The Pretenders

Imagine that your precious 10-year-old daughter has half a dozen credit cards with charges totaling more than $30,000. Add to the equation that she’s been approved for a $25,000 loan. In fact, she has been in debt since she was a kindergartener. You think it’s impossible, yet this is the case among a growing number of children who have had their Social Security numbers stolen and used by perpetrators to apply for credit.

According to the Federal Trade Commission, last year nearly 11,000 reports were filed for people under the age of 18 who discovered unpaid bills, credit cards, and loan applications in their name. Child identity theft can be more damaging than adult identity theft because it often goes unnoticed for years. “A child normally doesn’t find out [that something is wrong] until they are 18 years old and starting to apply for credit. There is literally an 18-year window that a thief could be using [your child’s] identity,” says Linda Foley, founder of the Identity Theft Resource Center (

It is not always a stranger pretending to be your child. Relatives are involved in more than half of child identity theft cases reported in the U.S., according to the ITRC. Thieves target children because they have clean credit records, says Jim Wright, managing director of programs and youth initiatives for the National Crime Prevention Council (

So, what can you do to safeguard your child’s good name? Here are some identity theft prevention tips and steps to take if this crime has already hit close to home.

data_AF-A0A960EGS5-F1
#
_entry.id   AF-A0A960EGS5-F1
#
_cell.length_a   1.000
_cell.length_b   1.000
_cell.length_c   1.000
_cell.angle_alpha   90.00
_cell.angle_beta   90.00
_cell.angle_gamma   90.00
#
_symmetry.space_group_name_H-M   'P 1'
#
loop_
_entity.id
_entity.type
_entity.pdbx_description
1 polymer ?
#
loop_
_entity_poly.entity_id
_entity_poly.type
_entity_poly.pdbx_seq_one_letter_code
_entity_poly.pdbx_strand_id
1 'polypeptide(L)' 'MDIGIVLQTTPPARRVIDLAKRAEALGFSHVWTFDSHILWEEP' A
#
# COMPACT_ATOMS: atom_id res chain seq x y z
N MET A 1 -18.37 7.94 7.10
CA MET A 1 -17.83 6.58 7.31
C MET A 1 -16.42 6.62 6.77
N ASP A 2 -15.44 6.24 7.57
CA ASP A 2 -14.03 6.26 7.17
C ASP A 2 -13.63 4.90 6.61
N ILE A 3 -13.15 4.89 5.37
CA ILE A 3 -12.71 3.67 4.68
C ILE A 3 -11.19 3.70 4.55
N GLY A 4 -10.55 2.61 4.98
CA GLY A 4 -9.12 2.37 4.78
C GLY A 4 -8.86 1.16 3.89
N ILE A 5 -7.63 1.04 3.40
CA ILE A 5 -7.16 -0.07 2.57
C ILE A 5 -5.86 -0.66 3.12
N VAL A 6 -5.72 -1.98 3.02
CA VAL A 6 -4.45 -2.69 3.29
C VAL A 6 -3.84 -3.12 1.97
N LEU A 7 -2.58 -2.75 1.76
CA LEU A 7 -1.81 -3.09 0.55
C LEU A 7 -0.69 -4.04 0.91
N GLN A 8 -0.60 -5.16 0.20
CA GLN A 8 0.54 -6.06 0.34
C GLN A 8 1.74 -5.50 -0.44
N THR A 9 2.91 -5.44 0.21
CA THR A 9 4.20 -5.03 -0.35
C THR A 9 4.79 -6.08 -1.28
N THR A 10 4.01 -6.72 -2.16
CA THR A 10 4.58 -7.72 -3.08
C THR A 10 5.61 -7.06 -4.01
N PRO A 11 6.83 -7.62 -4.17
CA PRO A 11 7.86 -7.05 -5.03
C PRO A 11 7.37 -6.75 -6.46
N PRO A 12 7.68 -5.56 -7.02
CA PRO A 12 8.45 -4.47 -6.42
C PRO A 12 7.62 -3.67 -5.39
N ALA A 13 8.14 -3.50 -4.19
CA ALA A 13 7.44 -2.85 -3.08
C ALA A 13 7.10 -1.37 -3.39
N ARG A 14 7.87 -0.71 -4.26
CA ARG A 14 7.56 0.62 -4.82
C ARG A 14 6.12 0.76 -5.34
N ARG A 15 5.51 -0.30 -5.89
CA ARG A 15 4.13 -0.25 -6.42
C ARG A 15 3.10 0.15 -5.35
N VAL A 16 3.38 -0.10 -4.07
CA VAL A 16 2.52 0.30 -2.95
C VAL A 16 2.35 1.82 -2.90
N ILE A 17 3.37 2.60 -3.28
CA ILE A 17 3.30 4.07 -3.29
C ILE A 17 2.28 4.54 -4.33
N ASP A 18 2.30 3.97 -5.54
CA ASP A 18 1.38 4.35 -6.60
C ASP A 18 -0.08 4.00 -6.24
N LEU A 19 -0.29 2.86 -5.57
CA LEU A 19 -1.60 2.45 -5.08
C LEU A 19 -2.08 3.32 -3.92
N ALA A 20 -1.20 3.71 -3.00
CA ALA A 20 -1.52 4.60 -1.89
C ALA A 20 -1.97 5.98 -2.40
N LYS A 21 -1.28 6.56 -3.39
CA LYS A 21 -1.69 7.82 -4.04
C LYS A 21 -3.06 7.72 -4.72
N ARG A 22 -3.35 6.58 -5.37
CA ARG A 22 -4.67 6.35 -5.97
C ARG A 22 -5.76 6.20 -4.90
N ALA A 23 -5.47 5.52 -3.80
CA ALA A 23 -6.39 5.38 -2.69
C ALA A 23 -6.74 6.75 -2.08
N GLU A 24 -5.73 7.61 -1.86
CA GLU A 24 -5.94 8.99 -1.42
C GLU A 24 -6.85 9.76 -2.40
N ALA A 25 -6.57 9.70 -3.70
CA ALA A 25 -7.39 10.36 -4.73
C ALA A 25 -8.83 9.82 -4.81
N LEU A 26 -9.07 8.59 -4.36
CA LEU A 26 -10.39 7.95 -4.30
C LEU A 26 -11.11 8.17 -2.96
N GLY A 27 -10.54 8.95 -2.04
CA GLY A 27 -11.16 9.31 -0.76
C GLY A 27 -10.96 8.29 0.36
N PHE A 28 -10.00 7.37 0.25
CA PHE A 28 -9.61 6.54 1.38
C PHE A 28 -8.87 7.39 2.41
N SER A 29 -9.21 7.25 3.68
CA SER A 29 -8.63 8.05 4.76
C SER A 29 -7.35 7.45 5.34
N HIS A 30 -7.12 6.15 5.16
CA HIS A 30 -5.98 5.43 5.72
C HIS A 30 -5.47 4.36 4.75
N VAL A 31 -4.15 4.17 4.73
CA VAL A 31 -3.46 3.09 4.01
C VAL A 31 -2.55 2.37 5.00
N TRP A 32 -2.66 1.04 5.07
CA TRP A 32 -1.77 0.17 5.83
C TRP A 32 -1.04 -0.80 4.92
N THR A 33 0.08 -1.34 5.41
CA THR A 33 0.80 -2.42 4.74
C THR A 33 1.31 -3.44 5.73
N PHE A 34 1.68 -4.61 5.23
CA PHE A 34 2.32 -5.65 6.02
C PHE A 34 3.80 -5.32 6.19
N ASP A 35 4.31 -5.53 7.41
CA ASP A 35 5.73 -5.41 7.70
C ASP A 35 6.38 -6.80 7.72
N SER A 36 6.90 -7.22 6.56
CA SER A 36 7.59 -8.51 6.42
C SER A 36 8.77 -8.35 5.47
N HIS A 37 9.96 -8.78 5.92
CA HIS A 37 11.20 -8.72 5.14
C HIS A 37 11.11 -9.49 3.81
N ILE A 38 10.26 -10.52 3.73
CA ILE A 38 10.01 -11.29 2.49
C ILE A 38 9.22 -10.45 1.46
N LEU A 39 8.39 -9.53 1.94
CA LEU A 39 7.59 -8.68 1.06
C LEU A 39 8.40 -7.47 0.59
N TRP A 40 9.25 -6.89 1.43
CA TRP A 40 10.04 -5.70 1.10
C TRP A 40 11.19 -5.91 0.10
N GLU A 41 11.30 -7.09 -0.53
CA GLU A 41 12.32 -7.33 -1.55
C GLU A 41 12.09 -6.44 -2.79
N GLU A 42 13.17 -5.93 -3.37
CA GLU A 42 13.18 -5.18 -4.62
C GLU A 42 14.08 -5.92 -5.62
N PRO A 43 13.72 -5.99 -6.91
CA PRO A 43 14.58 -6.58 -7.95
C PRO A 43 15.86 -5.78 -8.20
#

Pay attention to the mail. If your child gets credit card offers, utility bills, or collection notices, don’t dismiss them and throw them away. Contact those companies immediately.

Limit the amount of personal information your child posts on social networking sites such as MySpace. “A lot of times, kids are putting up way too much information. It creates an opportunity for a would-be crook to start engaging a child and getting [sensitive] information,” says Brian Koerner, security expert and author of Windows Vista Security for Dummies (For Dummies; $24.99).

Opt out of mailing lists. If you open a bank account in your child’s name, opt out of special offers. “The code printed on the preapproval credit card form links back to the name and Social Security number of the person that has been preapproved, which you can see on your credit report. What thieves do is just fill it out, change the address, and send it in,” says Foley.

Get a lockbox for important papers. File pertinent information discreetly since the most common child identity thief is a relative or family friend–those who frequently visit your home.
Don’t carry your child’s Social Security card. Memorize the number. Moreover, when your child visits a doctor’s office or enrolls in school, ask if it is necessary to provide his or her Social Security number. If not, do not disclose it.

The following situations are a sure sign of danger:

Your child has a credit report. Children should not have a